The Pico In MicroPython: HTTP Client
Written by Harry Fairhead & Mike James   
Monday, 02 January 2023
Article Index
The Pico In MicroPython: HTTP Client
A Custom Server
A Temperature Sensor Client

Implementing a web client is a basic task for anyone wanting to make use of the internet and the simplest way to do it is to use the urequests module. This is an extract from our book all about the Raspberry Pi Pico in MicroPython.

Programming the Raspberry Pi Pico/W In MicroPython Second Edition

By Harry Fairhead & Mike James


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  • Preface
  • Chapter 1 The Raspberry Pi Pico – Before We Begin
  • Chapter 2 Getting Started
  • Chapter 3 Getting Started With The GPIO
  • Chapter 4 Simple Output
  • Chapter 5 Some Electronics
  • Chapter 6 Simple Input
             Extract: Simple Input 
  • Chapter 7 Advanced Input – Events and Interrupts
  • Chapter 8 Pulse Width Modulation
             Extract: PWM 
  • Chapter 9 Controlling Motors And Servos
             Extract: DC Motors
  • Chapter 10 Getting Started With The SPI Bus
  • Chapter 11 A-To-D and The SPI Bus ***NEW!
  • Chapter 12 Using The I2C Bus
  • Chapter 13 Using The PIO   
  • Chapter 14 The DHT22 Sensor Implementing A Custom Protocol
             Extract: A PIO Driver For The DHT22  
  • Chapter 15 The 1‑Wire Bus And The DS1820
  • Chapter 16 The Serial Port
  • Chapter 17 Using The Pico W - WiFi
             Extract: HTTP Client 
  • Chapter 18 Asyncio And Servers
  • Chapter 19 Direct To The Hardware
             Extract: Direct To The Hardware

Also of interest:

Raspberry Pico File System





The Pico and the Pico W are very similar and all of the programs presented so far work on both models. The important difference between them is that the Pico W has additional hardware that enables it to use WiFi. From the programming point of view, however, the task is to learn how to use the new WiFi driver and the LwIP library that provides higher-level networking. This is made more difficult than need be by the inadequate documentation provided for both. This will probably improve over time.

In chapter but not in this extract

  • The Pico W
  • The WLAN Class
  • A Practical Connect
  • WiFi Scan

A Simple HTTP Client

The simplest way to make use of a WiFi connection is to work with an HTTP server. This is simple because the difficult parts of the transaction are handled by the server making the client much easier to implement. MicroPython makes this even easier by providing urequests which is a port of the Python requests module. This has methods that implement the standard HTTP transactions and a request object which wraps the data involved in the transaction.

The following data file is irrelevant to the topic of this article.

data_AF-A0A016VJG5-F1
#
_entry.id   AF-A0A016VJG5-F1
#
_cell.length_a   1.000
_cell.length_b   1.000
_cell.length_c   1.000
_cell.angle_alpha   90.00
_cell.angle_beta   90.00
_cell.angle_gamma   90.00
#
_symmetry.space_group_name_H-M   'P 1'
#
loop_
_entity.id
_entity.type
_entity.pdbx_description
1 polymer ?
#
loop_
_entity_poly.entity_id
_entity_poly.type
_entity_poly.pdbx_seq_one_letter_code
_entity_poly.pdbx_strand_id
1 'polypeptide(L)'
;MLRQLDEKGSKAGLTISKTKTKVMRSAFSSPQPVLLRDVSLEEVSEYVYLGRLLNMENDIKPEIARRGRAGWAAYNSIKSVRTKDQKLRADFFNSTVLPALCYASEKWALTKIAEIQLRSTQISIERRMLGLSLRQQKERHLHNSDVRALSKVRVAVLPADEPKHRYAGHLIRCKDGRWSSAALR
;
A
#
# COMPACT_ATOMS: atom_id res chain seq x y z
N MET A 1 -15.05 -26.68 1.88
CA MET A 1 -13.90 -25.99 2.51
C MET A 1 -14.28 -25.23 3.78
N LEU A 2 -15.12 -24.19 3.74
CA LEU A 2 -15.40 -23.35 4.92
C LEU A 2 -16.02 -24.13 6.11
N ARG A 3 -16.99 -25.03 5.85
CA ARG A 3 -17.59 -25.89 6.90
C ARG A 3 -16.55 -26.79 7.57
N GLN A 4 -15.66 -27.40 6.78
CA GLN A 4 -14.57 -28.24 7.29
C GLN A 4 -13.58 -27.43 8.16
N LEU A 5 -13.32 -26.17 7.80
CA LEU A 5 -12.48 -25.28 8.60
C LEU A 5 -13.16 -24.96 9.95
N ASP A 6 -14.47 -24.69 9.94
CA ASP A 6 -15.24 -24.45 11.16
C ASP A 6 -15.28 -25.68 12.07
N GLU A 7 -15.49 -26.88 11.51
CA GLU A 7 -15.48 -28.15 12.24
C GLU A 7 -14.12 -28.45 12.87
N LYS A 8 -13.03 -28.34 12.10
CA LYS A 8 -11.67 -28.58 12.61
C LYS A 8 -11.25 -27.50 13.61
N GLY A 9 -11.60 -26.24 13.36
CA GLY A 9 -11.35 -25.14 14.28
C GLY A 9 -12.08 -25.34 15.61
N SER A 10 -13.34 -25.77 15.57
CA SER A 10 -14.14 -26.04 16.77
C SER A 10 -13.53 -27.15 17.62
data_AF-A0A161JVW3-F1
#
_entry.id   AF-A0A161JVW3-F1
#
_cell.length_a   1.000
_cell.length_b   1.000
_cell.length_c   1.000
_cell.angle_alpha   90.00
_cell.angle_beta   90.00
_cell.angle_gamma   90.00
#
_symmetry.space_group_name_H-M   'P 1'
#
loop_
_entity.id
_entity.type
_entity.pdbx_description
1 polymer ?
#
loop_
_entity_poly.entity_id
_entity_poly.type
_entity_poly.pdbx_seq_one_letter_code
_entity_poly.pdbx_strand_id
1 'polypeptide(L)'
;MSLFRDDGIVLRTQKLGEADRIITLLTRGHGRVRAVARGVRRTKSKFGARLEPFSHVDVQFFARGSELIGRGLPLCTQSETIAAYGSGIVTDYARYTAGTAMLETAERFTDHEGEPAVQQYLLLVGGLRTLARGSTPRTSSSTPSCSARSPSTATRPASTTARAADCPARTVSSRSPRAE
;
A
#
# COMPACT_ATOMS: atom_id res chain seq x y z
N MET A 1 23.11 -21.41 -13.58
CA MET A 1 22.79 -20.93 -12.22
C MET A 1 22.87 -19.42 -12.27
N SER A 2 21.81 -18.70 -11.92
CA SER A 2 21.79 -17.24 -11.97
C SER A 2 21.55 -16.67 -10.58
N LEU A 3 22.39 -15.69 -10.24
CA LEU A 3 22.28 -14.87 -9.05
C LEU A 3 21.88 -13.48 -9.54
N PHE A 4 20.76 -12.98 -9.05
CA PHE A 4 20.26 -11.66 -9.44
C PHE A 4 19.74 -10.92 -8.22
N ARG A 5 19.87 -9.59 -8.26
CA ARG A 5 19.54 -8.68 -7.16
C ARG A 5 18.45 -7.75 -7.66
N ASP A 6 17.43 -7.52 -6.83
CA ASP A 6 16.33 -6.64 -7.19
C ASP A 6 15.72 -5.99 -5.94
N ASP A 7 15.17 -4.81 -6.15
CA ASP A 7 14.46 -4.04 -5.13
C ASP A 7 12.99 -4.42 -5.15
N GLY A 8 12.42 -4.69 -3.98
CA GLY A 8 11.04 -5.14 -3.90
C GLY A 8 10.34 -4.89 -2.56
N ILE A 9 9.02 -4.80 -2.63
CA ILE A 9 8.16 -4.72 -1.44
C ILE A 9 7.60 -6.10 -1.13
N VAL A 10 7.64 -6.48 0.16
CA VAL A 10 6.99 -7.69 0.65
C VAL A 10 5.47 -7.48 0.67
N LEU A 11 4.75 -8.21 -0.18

The urequests module should work on any MicroPython implementation and it is built on top of the sockets module which is discussed later. The sockets module provides a lower-level interface to the network and urequests uses this to implement the HTTP protocol. While HTTP was invented to allow the transport of HTML pages, it can be used to transfer any data between the client and the server.

It is important to understand what the distinction is between the client and the server. In this case the client initiates the connection and the server accepts the connection. The connection once established it two-way – the client can send data to the server and vice versa. This said, HTTP is most commonly used to send data from the server to the client in the form of web pages.

Request Methods

HTTP supports a number of request methods which transfer data. Usually these are described in terms of what they do to resources hosted by a web server, but from our point of view what matters is what happens to the data.

The HTTP request methods available are; 


Transfers data from server to client


Transfers HTTP headers for the equivalent GET request


Transfers data from the client to the server


Transfers data from the client to the server


Transfers data from the client to the server


Specifies that the data on the server should be deleted


Transfers data from the client to the server

If you know about HTTP request methods you will find the above list disconcerting. If you don’t know about HTTP requests then you will be wondering why there are so many requests that transfer data from the client to the server? The answer is that in the HTTP model the server stores the master copy of the resource – usually a file or a database entry. The client can request a copy of the resource using GET and then ask the server to modify the resource using the other requests. For example, the PUT request sends a new copy of the resource for the server to use, i.e. it replaces the old copy. POST does the same thing, but PUT should be idempotent which means if you repeat it the result is as if you had done it just once. With POST you are allowed side effects. For example, PUT 1 might just store 1 but POST 1 might increment a count.

Another example is where you sends some text to the server to save under a supplied file name. For this you should use a PUT as repeating the request with the same text changes nothing. If, on the other hand, you supply text to the server and allow it to assign a name and store it then you should use a POST as you get a new file each time you send the data, even it is the same.

Similarly the PATCH request should be used by the client to request that that server makes a change to part of an existing resource. Exactly how the change is specified depends on the server. Usually a key value scheme is used, but this isn’t part of the specification.

Notice that all of these interpretations of the HTTP request methods are “optional” in the sense that it is up to you and the server you are using to interpret them and implement them. If you write your own server, or server application, then you can treat POST as if it was PUT and vice versa.


Last Updated ( Monday, 02 January 2023 )